Commonwealth: Who Are You Now? Building Your Brand as a Breakaway Advisor

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There are many significant steps to take before breaking away from your wirehouse and moving to the independent channel. One in particular is building your brand—the very essence of your business that makes you, well, you.

To begin, ask yourself these basic questions: Why are you an advisor? Whom do you help? How does the new firm you’ve partnered with help you better serve your clients and evolve as a business owner?

The Three Ds of Building Your Brand

There are key elements to consider as you build your brand as a breakaway advisor:

  • Determine your specialty. One reason you’re considering independence is you’re confident you can make this move a successful one. This confidence likely comes from the skill set you bring to the table. Dig deep and think not only about who you are, what you do, and why you do it, but also about your overriding philosophy on being a financial advisor.
  • Describe your target audience. Think about your current clientele and the specific niches you hope to reach. Do you want to grow your pool of high-net-worth clients with complex planning needs? Or, do you work with next-gen investors focused on environmental, social, and governance (ESG) criteria? When you clearly define who you want to reach, it’s that much easier to develop your brand.
  • Discover your audience’s needs. Make sure the diverse needs (e.g., legacy planning, student loan debt management, and retirement planning) of potential investors are addressed in your branding. Clients and prospects want to be assured you understand their needs—and have the technology, knowledge, and flexibility to satisfy them.

Create a Distinguishing Firm Name 

Selecting your firm name is a critical decision; you’ll want one that separates you from your wirehouse and the sea of other independent advisory firms. Also, you may want to think twice before using your own name as the firm moniker.

Why? Advisors who use their names often find this choice limiting. Would a seasoned advisor join your firm if your name was the only one on the sign? What happens when you’re ready to retire? These are long-term questions to consider as you brainstorm name ideas. Also, pause before using the all-too-common “capital management,” “partners,” and “wealth management.” To stand out from the crowd (and in Google searches), a generic firm name just won’t do.

Instead, focus on the story you want your firm name to tell. For many, the intrinsic qualities or values a firm embodies are reflected in its mission statement. Do you consider yourself agile, innovative, and independent? Or does your sense of place define you (in which case you might include a geographic or natural landmark as part of the name)? 

How to Market Your New Brand Identity

Last, but certainly not least, you’ll need to use a variety of marketing vehicles to get your new brand identity out there. Word of mouth can’t be dismissed, as you are the ultimate steward of your brand. To focus your efforts, however, here are three areas you may want to start with:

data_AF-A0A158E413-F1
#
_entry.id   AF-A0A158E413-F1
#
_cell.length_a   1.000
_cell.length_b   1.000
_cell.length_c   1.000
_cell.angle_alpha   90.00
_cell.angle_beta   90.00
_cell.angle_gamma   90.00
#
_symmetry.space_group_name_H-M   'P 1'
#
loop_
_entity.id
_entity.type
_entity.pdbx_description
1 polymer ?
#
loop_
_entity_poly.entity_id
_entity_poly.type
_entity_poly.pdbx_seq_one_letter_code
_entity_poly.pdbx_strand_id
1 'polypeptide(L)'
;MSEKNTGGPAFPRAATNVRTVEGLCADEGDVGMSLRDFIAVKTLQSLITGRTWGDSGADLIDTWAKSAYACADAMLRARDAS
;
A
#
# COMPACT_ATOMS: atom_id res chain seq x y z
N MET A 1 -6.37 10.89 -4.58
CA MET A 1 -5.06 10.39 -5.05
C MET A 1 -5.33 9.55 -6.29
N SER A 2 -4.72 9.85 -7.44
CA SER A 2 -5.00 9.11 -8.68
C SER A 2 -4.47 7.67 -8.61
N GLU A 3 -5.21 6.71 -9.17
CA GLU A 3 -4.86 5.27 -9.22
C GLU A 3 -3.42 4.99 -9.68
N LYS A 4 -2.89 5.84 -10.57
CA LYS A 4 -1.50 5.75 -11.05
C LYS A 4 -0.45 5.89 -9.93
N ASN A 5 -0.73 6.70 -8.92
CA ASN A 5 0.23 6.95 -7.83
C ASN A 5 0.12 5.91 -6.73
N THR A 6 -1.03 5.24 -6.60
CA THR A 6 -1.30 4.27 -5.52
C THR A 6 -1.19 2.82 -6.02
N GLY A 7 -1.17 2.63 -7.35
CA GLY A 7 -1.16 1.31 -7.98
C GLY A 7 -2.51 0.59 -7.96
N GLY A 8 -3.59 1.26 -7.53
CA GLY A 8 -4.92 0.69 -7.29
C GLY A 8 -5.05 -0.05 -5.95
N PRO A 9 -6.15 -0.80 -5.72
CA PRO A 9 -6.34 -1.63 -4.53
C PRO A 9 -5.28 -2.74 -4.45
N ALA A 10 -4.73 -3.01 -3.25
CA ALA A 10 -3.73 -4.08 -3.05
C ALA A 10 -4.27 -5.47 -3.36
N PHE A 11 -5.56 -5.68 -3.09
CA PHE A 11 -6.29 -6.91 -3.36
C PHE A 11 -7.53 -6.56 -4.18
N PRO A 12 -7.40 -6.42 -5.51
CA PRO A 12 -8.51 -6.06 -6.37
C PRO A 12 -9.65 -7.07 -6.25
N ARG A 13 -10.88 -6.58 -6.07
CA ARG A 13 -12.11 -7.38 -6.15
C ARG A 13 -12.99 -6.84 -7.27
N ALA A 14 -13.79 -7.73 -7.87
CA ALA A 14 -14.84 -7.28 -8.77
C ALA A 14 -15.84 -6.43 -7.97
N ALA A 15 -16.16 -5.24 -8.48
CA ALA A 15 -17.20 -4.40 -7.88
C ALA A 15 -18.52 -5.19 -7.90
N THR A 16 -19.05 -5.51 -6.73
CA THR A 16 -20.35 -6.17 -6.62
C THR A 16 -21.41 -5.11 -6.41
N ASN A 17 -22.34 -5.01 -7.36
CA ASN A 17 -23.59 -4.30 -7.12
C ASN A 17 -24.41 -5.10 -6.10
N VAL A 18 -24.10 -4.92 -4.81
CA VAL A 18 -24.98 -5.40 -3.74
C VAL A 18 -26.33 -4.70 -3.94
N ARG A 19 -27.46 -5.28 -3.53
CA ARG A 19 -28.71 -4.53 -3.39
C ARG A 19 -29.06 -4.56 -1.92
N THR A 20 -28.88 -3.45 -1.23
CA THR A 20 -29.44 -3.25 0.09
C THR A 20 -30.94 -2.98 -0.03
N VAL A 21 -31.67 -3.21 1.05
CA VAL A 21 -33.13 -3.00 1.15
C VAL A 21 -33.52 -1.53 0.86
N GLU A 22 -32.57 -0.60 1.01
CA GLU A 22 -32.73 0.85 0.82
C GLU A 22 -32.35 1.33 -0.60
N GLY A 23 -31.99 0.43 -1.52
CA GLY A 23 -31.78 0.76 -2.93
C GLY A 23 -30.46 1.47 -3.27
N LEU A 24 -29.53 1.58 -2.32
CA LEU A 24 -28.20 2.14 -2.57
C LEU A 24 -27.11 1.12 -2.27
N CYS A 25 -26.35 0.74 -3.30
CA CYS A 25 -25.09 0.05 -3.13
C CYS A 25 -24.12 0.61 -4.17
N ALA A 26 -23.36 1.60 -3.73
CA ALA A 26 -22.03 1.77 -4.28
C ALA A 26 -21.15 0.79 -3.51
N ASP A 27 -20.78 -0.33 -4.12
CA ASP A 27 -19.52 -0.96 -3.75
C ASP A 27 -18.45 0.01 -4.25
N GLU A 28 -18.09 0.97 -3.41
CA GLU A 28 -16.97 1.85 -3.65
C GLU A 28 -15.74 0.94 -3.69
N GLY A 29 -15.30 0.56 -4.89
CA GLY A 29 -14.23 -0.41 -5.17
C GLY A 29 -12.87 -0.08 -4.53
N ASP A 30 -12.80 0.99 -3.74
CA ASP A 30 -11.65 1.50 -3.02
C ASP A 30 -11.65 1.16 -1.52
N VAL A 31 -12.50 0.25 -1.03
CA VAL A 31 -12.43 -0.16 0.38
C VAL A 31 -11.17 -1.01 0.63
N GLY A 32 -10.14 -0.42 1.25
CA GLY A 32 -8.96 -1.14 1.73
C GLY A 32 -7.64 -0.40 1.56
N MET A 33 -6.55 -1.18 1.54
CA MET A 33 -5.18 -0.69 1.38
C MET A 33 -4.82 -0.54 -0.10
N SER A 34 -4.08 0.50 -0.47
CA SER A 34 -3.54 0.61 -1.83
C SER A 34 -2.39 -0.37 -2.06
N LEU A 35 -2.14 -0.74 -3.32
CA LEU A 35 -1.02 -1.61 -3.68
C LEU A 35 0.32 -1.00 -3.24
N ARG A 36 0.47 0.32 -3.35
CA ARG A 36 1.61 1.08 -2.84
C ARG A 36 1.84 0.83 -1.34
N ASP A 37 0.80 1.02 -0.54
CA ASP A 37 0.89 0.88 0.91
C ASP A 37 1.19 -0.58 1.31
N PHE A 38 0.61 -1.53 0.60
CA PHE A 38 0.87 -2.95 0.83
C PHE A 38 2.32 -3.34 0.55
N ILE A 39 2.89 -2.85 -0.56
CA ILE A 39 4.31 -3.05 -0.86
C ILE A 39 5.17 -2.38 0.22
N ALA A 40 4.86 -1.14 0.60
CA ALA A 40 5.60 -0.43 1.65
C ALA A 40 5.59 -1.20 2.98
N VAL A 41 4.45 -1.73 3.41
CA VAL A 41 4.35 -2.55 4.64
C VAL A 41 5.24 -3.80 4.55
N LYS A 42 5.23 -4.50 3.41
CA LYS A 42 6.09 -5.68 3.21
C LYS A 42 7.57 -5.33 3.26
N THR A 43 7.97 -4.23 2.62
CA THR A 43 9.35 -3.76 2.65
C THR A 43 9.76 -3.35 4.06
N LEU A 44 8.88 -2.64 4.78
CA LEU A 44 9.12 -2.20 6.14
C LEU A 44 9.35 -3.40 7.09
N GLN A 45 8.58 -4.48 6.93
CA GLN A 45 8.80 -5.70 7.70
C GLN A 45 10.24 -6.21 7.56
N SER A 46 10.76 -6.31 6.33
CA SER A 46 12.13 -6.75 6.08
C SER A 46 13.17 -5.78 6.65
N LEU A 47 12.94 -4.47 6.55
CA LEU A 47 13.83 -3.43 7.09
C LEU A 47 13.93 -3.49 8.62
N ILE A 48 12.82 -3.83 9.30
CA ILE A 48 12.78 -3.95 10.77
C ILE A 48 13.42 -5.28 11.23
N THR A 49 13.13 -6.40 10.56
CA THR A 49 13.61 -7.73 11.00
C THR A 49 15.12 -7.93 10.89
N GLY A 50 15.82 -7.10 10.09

1) Responsive website design. An easy-to-use, compelling website should move your target audience to action. It’s one of the most effective ways to communicate your brand and establish yourself as a resource, explaining your strengths, ideal clients, service and investment offerings, and overall approach to doing business. 

2) Professional bio. The bio page is regularly the best-performing page on an advisor’s website, so craft yours with care. The goal is to make a positive first impression. A good bio includes what you do, who you are (if you’re getting personal, you’re doing it right), and career achievements, as well as a photo that’s both professional and personable.

3) Social networks. If you’re not active on social media, many potential clients won’t find you. As part of a wirehouse, your social media use may have been limited or restricted. But as an independent advisor, you’ll likely enjoy a far greater breadth of use. Facebook, Twitter, LinkedIn, and Instagram can be powerful brand boosters—if used correctly. As you break out on your own, consider whether the firm you affiliate with can guide you toward best practices, including being aware of who “follows” and “likes” you.

You Call the Shots

Moving to the independent channel creates many opportunities, and building your brand might be the most exciting one. It’s your chance to break away from a captive wirehouse environment and create something that represents who you truly are and the benefits of doing business with you. As an independent financial advisor, the decisions are yours to make.

Please consult your member firm’s policies regarding social media prior to utilizing the features and platforms discussed.

This post originally appeared on Insights, a blog authored by subject-matter specialists at Commonwealth Financial Network®, Member FINRA/SIPC, a Registered Investment Adviser.

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